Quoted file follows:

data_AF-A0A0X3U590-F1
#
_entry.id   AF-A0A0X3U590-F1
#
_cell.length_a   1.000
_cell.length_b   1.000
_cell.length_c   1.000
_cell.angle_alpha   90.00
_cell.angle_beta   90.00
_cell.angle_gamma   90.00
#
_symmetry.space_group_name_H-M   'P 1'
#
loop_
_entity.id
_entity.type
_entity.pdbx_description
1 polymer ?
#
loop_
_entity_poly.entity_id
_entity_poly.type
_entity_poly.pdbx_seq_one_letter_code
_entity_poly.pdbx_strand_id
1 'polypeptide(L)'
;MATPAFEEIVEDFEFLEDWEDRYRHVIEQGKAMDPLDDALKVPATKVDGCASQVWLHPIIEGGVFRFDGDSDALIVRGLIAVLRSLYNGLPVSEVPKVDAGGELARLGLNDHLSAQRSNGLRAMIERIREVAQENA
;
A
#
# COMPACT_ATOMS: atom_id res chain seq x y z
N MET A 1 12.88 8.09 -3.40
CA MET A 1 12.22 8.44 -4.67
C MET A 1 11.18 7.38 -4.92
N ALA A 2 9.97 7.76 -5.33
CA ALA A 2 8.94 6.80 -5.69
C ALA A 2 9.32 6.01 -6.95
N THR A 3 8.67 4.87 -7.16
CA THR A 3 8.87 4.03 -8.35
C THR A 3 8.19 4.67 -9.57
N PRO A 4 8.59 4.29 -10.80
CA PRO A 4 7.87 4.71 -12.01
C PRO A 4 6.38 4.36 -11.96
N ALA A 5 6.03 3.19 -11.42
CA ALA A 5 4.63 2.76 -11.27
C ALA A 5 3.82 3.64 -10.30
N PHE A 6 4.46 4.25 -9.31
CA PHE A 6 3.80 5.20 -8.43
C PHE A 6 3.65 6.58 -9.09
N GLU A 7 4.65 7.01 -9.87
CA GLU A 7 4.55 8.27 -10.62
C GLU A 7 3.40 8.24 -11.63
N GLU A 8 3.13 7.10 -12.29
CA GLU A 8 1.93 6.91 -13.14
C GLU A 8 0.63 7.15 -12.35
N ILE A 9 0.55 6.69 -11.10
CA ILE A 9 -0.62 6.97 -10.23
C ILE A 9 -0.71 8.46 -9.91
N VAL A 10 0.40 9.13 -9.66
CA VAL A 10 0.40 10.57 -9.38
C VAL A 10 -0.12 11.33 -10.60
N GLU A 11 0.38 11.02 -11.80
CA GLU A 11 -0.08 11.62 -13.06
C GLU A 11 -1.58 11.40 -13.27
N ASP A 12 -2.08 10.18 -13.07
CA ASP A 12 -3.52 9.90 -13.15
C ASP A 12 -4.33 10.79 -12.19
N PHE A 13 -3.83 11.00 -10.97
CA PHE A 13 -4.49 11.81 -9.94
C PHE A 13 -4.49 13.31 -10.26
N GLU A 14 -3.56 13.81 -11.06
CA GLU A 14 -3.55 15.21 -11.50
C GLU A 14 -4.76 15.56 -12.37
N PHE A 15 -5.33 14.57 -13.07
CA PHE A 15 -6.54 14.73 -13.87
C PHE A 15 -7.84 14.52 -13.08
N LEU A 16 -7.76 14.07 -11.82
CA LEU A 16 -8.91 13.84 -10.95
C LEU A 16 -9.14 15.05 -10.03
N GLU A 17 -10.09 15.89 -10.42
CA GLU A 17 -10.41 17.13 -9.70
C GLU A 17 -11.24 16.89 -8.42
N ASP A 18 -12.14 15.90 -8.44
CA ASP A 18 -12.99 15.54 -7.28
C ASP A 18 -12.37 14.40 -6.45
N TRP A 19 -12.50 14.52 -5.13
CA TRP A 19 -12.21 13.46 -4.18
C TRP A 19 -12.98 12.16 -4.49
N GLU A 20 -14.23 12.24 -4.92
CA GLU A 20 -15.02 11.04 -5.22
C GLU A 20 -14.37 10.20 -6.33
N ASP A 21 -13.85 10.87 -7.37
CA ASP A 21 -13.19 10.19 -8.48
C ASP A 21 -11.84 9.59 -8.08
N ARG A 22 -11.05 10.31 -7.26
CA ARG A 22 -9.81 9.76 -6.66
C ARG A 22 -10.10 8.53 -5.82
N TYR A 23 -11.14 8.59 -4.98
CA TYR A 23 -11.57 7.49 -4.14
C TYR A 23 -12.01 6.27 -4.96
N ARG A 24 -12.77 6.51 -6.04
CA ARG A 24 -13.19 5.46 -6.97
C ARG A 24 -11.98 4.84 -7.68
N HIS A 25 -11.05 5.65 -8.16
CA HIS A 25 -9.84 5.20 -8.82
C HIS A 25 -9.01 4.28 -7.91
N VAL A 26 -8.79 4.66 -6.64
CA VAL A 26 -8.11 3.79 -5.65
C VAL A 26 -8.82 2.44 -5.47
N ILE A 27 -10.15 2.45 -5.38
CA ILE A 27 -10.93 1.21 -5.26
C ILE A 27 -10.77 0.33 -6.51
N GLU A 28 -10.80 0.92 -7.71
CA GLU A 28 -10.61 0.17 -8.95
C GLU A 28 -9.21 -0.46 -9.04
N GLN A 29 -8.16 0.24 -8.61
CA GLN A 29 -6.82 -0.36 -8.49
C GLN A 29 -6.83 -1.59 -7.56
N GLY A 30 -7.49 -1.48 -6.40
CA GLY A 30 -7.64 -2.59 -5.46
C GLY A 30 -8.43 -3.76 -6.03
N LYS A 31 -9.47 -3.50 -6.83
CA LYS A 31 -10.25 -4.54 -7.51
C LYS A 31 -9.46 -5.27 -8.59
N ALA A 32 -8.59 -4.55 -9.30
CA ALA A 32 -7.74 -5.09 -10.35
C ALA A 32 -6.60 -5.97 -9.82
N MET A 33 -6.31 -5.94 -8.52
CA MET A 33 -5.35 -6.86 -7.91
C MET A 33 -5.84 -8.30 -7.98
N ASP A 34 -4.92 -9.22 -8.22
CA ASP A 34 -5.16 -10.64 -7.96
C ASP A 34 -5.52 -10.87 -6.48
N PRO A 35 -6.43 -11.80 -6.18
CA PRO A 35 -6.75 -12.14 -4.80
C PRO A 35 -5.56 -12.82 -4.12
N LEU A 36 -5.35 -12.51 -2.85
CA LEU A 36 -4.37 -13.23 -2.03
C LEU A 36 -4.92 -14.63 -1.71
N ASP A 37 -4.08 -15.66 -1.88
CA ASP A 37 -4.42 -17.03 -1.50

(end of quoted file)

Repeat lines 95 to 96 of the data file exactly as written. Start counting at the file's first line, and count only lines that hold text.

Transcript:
CA ARG A 22 -9.81 9.76 -6.66
C ARG A 22 -10.10 8.53 -5.82